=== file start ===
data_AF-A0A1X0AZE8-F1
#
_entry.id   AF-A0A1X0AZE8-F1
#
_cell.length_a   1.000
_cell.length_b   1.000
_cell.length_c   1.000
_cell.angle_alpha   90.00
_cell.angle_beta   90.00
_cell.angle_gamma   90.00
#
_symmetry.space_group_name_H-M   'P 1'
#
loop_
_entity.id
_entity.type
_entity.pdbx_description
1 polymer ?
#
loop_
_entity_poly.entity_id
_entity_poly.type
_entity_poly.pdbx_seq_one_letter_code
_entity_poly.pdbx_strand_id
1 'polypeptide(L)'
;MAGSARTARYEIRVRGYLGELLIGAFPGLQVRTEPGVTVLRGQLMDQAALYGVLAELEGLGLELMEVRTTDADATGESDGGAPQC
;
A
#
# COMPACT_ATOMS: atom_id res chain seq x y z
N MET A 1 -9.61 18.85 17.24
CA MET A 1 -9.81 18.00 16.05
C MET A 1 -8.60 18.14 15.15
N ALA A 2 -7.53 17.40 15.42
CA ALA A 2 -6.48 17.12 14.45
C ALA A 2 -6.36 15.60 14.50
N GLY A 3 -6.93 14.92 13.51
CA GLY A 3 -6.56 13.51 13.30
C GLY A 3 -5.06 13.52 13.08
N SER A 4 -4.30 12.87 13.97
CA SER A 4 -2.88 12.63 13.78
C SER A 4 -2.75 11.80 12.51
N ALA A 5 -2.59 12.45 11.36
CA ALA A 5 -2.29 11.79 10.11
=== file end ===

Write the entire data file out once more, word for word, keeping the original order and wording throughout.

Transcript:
data_AF-A0A1X0AZE8-F1
#
_entry.id   AF-A0A1X0AZE8-F1
#
_cell.length_a   1.000
_cell.length_b   1.000
_cell.length_c   1.000
_cell.angle_alpha   90.00
_cell.angle_beta   90.00
_cell.angle_gamma   90.00
#
_symmetry.space_group_name_H-M   'P 1'
#
loop_
_entity.id
_entity.type
_entity.pdbx_description
1 polymer ?
#
loop_
_entity_poly.entity_id
_entity_poly.type
_entity_poly.pdbx_seq_one_letter_code
_entity_poly.pdbx_strand_id
1 'polypeptide(L)'
;MAGSARTARYEIRVRGYLGELLIGAFPGLQVRTEPGVTVLRGQLMDQAALYGVLAELEGLGLELMEVRTTDADATGESDGGAPQC
;
A
#
# COMPACT_ATOMS: atom_id res chain seq x y z
N MET A 1 -9.61 18.85 17.24
CA MET A 1 -9.81 18.00 16.05
C MET A 1 -8.60 18.14 15.15
N ALA A 2 -7.53 17.40 15.42
CA ALA A 2 -6.48 17.12 14.45
C ALA A 2 -6.36 15.60 14.50
N GLY A 3 -6.93 14.92 13.51
CA GLY A 3 -6.56 13.51 13.30
C GLY A 3 -5.06 13.52 13.08
N SER A 4 -4.30 12.87 13.97
CA SER A 4 -2.88 12.63 13.78
C SER A 4 -2.75 11.80 12.51
N ALA A 5 -2.59 12.45 11.36
CA ALA A 5 -2.29 11.79 10.11